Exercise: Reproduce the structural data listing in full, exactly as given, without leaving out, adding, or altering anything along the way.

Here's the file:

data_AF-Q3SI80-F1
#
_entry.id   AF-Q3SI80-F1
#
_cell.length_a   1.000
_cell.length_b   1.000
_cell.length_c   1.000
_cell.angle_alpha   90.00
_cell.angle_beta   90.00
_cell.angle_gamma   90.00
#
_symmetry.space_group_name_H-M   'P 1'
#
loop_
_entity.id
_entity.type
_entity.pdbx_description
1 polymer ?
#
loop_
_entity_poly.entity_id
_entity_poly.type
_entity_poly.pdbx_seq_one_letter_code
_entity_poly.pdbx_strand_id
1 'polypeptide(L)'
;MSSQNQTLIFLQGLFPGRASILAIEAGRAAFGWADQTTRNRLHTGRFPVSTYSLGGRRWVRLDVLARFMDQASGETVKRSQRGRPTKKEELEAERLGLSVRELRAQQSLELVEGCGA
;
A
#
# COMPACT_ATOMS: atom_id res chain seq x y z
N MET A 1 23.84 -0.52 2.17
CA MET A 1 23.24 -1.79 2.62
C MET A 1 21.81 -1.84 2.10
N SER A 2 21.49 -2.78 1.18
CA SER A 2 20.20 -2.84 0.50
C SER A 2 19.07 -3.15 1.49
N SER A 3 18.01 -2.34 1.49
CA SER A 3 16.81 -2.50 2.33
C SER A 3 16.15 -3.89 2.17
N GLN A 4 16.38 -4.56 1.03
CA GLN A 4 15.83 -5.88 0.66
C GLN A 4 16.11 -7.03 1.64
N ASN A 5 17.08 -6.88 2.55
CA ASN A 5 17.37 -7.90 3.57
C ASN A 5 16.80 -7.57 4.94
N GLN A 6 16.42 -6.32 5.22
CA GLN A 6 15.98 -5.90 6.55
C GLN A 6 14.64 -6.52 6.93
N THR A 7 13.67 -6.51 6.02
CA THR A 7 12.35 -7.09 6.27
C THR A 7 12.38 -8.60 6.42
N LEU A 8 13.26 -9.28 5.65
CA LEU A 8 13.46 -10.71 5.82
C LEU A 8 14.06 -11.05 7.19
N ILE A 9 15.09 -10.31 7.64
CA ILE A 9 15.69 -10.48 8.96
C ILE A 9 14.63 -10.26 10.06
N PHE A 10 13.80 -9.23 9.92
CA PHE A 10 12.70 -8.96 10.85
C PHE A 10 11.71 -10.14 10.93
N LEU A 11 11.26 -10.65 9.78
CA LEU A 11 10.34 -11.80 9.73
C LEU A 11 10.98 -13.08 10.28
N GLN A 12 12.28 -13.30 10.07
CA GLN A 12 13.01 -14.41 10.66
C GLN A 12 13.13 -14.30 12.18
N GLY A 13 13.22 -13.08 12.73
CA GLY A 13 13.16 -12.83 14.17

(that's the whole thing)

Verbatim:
data_AF-Q3SI80-F1
#
_entry.id   AF-Q3SI80-F1
#
_cell.length_a   1.000
_cell.length_b   1.000
_cell.length_c   1.000
_cell.angle_alpha   90.00
_cell.angle_beta   90.00
_cell.angle_gamma   90.00
#
_symmetry.space_group_name_H-M   'P 1'
#
loop_
_entity.id
_entity.type
_entity.pdbx_description
1 polymer ?
#
loop_
_entity_poly.entity_id
_entity_poly.type
_entity_poly.pdbx_seq_one_letter_code
_entity_poly.pdbx_strand_id
1 'polypeptide(L)'
;MSSQNQTLIFLQGLFPGRASILAIEAGRAAFGWADQTTRNRLHTGRFPVSTYSLGGRRWVRLDVLARFMDQASGETVKRSQRGRPTKKEELEAERLGLSVRELRAQQSLELVEGCGA
;
A
#
# COMPACT_ATOMS: atom_id res chain seq x y z
N MET A 1 23.84 -0.52 2.17
CA MET A 1 23.24 -1.79 2.62
C MET A 1 21.81 -1.84 2.10
N SER A 2 21.49 -2.78 1.18
CA SER A 2 20.20 -2.84 0.50
C SER A 2 19.07 -3.15 1.49
N SER A 3 18.01 -2.34 1.49
CA SER A 3 16.81 -2.50 2.33
C SER A 3 16.15 -3.89 2.17
N GLN A 4 16.38 -4.56 1.03
CA GLN A 4 15.83 -5.88 0.66
C GLN A 4 16.11 -7.03 1.64
N ASN A 5 17.08 -6.88 2.55
CA ASN A 5 17.37 -7.90 3.57
C ASN A 5 16.80 -7.57 4.94
N GLN A 6 16.42 -6.32 5.22
CA GLN A 6 15.98 -5.90 6.55
C GLN A 6 14.64 -6.52 6.93
N THR A 7 13.67 -6.51 6.02
CA THR A 7 12.35 -7.09 6.27
C THR A 7 12.38 -8.60 6.42
N LEU A 8 13.26 -9.28 5.65
CA LEU A 8 13.46 -10.71 5.82
C LEU A 8 14.06 -11.05 7.19
N ILE A 9 15.09 -10.31 7.64
CA ILE A 9 15.69 -10.48 8.96
C ILE A 9 14.63 -10.26 10.06
N PHE A 10 13.80 -9.23 9.92
CA PHE A 10 12.70 -8.96 10.85
C PHE A 10 11.71 -10.14 10.93
N LEU A 11 11.26 -10.65 9.78
CA LEU A 11 10.34 -11.80 9.73
C LEU A 11 10.98 -13.08 10.28
N GLN A 12 12.28 -13.30 10.07
CA GLN A 12 13.01 -14.41 10.66
C GLN A 12 13.13 -14.30 12.18
N GLY A 13 13.22 -13.08 12.73
CA GLY A 13 13.16 -12.83 14.17